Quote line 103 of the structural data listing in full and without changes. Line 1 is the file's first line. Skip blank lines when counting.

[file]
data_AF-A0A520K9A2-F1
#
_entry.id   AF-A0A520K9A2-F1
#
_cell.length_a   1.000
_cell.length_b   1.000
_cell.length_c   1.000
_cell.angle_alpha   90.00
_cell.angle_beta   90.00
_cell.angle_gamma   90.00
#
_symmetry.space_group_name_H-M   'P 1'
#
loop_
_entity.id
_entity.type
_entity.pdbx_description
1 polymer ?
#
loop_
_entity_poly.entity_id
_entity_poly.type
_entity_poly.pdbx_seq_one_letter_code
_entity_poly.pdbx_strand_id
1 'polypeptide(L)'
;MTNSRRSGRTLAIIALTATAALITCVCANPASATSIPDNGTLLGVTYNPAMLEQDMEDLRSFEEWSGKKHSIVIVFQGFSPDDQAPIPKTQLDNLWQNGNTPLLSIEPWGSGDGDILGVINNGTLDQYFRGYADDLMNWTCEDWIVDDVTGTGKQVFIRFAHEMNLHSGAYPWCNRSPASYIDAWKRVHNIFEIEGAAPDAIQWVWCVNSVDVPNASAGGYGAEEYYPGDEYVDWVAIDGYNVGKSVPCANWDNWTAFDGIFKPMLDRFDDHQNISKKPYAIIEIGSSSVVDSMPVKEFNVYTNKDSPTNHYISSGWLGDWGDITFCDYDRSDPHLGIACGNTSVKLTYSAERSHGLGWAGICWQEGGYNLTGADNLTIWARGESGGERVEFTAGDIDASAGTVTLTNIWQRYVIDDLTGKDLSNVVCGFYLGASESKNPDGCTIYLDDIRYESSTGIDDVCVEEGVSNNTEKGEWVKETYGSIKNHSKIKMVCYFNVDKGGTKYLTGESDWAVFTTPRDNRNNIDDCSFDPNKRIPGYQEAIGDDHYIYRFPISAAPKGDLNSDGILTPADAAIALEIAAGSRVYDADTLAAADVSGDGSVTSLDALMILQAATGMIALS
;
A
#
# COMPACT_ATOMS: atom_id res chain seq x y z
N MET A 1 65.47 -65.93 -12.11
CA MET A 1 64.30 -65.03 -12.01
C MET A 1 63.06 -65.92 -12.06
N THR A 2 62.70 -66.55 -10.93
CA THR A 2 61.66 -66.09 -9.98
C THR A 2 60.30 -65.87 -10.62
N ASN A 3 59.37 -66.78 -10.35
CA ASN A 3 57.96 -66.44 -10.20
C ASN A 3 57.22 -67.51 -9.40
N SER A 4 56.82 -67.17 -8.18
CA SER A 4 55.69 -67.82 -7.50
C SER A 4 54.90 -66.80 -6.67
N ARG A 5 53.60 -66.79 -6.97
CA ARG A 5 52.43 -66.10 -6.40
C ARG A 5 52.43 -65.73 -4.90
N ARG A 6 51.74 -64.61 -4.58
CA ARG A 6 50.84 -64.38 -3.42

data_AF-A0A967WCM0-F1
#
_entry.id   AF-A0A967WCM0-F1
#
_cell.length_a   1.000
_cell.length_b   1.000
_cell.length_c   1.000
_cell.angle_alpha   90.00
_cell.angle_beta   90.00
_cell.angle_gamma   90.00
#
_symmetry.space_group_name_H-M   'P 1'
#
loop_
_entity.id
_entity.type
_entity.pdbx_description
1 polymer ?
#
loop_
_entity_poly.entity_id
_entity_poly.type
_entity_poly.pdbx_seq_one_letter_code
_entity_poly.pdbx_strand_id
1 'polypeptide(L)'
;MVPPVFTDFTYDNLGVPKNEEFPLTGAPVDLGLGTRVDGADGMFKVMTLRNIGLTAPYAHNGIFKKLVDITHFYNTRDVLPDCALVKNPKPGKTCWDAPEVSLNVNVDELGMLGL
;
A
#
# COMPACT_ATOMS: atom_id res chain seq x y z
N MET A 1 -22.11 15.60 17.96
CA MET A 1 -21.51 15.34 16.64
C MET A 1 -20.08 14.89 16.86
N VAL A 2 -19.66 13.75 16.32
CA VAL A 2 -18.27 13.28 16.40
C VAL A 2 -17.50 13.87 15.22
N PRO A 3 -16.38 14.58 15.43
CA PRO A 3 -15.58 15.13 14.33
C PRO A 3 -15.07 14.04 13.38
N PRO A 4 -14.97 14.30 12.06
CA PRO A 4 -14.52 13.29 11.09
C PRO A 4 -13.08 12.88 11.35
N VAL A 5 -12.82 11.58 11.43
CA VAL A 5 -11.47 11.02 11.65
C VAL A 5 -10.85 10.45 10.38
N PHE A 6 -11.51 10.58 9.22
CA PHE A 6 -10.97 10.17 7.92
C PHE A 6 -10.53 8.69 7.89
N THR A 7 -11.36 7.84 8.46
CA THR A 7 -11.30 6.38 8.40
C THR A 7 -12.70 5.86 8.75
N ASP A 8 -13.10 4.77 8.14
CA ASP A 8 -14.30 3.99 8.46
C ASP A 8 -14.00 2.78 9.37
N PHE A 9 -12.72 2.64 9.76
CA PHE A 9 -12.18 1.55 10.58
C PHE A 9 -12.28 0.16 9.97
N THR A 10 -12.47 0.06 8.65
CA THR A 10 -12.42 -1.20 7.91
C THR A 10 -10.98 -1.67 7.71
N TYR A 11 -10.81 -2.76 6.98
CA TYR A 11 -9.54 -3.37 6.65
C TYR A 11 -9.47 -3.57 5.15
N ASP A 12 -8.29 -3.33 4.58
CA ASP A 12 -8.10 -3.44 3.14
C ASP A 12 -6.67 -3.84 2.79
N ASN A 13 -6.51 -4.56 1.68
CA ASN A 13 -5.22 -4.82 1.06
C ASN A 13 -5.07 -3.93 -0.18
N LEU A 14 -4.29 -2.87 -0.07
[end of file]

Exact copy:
CA PHE A 9 -12.18 1.55 10.58